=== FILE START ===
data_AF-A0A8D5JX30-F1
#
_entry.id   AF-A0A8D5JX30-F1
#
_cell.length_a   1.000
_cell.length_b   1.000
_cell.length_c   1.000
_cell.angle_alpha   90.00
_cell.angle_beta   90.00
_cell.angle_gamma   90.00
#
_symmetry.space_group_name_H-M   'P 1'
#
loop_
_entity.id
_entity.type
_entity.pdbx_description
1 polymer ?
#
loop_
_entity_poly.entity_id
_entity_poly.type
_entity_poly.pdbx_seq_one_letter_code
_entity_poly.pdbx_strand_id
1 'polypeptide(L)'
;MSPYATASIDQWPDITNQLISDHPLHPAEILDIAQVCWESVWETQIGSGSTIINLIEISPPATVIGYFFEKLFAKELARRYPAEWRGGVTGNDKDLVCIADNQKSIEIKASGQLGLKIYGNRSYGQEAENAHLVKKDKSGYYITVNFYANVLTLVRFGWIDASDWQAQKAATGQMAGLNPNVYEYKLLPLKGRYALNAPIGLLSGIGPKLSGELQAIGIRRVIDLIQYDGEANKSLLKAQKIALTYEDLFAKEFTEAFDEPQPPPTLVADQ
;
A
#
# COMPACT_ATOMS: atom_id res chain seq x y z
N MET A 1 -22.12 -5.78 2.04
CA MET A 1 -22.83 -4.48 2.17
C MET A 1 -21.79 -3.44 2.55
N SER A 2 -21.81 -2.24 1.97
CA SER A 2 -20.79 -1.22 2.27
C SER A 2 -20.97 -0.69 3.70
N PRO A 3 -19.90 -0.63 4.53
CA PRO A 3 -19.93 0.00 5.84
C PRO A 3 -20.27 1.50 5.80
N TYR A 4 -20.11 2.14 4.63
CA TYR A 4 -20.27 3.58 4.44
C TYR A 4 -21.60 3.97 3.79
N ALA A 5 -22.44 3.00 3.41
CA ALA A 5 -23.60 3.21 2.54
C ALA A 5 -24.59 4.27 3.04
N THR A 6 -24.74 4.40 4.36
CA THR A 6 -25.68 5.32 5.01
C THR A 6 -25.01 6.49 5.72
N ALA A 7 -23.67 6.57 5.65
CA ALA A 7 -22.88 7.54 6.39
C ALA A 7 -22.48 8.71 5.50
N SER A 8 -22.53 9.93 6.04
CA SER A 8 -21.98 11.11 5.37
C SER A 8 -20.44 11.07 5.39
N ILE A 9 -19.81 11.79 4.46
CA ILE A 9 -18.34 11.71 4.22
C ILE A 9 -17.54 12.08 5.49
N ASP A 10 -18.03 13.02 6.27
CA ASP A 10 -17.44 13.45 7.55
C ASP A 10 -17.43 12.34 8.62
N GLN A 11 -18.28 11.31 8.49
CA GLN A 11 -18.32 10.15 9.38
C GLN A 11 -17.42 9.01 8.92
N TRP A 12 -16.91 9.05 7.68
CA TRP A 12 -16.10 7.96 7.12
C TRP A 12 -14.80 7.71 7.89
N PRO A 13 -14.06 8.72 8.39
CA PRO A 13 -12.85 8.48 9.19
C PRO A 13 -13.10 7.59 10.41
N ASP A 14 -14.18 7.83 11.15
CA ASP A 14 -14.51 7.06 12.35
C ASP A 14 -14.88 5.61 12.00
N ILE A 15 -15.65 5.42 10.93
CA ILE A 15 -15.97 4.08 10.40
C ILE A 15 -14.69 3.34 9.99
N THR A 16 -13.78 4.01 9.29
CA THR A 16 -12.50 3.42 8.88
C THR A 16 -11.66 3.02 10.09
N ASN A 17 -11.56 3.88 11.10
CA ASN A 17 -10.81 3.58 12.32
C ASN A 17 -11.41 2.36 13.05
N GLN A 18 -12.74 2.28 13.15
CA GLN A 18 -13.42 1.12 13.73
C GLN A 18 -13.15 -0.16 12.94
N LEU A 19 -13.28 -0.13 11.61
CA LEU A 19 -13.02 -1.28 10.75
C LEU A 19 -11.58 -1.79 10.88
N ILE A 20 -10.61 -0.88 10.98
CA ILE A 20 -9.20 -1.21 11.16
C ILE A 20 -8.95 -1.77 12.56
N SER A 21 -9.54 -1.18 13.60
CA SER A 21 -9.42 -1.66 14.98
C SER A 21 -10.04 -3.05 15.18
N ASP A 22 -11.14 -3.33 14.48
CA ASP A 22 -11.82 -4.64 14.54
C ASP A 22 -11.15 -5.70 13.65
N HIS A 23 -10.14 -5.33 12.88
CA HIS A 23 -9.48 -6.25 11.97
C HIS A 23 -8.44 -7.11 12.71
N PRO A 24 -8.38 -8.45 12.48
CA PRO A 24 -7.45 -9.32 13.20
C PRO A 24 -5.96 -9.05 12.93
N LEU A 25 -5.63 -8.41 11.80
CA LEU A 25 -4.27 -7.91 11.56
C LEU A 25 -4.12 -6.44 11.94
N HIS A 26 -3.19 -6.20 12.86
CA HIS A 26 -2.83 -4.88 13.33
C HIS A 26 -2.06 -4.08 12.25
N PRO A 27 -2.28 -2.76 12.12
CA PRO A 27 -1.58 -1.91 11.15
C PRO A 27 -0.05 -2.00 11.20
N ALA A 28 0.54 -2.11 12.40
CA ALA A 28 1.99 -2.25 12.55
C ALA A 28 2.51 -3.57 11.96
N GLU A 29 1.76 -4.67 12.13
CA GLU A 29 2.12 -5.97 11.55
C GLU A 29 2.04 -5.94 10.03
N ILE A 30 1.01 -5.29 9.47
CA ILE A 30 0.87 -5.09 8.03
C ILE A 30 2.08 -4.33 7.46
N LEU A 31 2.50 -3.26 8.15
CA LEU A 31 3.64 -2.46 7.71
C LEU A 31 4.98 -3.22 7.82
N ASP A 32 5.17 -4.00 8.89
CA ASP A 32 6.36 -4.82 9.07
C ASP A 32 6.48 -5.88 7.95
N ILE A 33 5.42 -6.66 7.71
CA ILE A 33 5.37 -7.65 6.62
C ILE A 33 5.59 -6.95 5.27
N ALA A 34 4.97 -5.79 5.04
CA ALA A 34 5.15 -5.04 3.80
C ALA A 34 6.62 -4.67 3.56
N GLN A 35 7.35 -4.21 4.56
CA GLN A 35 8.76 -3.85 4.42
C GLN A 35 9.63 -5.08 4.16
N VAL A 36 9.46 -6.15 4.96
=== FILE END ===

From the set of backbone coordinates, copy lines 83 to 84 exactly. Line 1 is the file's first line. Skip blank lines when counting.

CA GLN A 18 -13.42 1.12 13.73
C GLN A 18 -13.15 -0.16 12.94